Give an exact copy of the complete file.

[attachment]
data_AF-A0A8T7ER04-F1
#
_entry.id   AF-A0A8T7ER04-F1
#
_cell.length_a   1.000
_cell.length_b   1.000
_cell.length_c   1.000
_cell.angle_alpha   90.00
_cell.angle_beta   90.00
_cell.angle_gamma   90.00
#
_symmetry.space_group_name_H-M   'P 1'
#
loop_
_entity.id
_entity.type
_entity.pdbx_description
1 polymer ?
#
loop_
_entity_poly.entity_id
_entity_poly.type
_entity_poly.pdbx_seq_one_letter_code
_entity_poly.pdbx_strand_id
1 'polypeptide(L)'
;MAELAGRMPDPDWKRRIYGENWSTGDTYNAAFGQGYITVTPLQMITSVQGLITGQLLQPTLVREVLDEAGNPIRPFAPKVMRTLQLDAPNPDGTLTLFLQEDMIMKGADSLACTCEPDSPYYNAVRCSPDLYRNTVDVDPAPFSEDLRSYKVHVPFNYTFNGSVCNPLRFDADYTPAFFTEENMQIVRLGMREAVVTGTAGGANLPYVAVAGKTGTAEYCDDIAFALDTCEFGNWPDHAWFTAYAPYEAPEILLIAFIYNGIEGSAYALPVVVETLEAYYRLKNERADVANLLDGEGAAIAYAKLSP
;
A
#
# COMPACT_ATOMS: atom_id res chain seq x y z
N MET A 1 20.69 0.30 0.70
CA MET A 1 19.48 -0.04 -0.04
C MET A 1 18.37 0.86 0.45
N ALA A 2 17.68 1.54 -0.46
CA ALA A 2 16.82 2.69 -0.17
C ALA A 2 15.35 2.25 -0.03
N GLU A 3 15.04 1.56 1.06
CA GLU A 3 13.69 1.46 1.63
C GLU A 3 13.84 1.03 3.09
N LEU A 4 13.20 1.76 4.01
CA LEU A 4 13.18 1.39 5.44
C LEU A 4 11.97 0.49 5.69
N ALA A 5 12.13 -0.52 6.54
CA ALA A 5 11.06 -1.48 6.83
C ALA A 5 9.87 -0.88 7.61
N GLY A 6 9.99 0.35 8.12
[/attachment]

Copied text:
data_AF-A0A8T7ER04-F1
#
_entry.id   AF-A0A8T7ER04-F1
#
_cell.length_a   1.000
_cell.length_b   1.000
_cell.length_c   1.000
_cell.angle_alpha   90.00
_cell.angle_beta   90.00
_cell.angle_gamma   90.00
#
_symmetry.space_group_name_H-M   'P 1'
#
loop_
_entity.id
_entity.type
_entity.pdbx_description
1 polymer ?
#
loop_
_entity_poly.entity_id
_entity_poly.type
_entity_poly.pdbx_seq_one_letter_code
_entity_poly.pdbx_strand_id
1 'polypeptide(L)'
;MAELAGRMPDPDWKRRIYGENWSTGDTYNAAFGQGYITVTPLQMITSVQGLITGQLLQPTLVREVLDEAGNPIRPFAPKVMRTLQLDAPNPDGTLTLFLQEDMIMKGADSLACTCEPDSPYYNAVRCSPDLYRNTVDVDPAPFSEDLRSYKVHVPFNYTFNGSVCNPLRFDADYTPAFFTEENMQIVRLGMREAVVTGTAGGANLPYVAVAGKTGTAEYCDDIAFALDTCEFGNWPDHAWFTAYAPYEAPEILLIAFIYNGIEGSAYALPVVVETLEAYYRLKNERADVANLLDGEGAAIAYAKLSP
;
A
#
# COMPACT_ATOMS: atom_id res chain seq x y z
N MET A 1 20.69 0.30 0.70
CA MET A 1 19.48 -0.04 -0.04
C MET A 1 18.37 0.86 0.45
N ALA A 2 17.68 1.54 -0.46
CA ALA A 2 16.82 2.69 -0.17
C ALA A 2 15.35 2.25 -0.03
N GLU A 3 15.04 1.56 1.06
CA GLU A 3 13.69 1.46 1.63
C GLU A 3 13.84 1.03 3.09
N LEU A 4 13.20 1.76 4.01
CA LEU A 4 13.18 1.39 5.44
C LEU A 4 11.97 0.49 5.69
N ALA A 5 12.13 -0.52 6.54
CA ALA A 5 11.06 -1.48 6.83
C ALA A 5 9.87 -0.88 7.61
N GLY A 6 9.99 0.35 8.12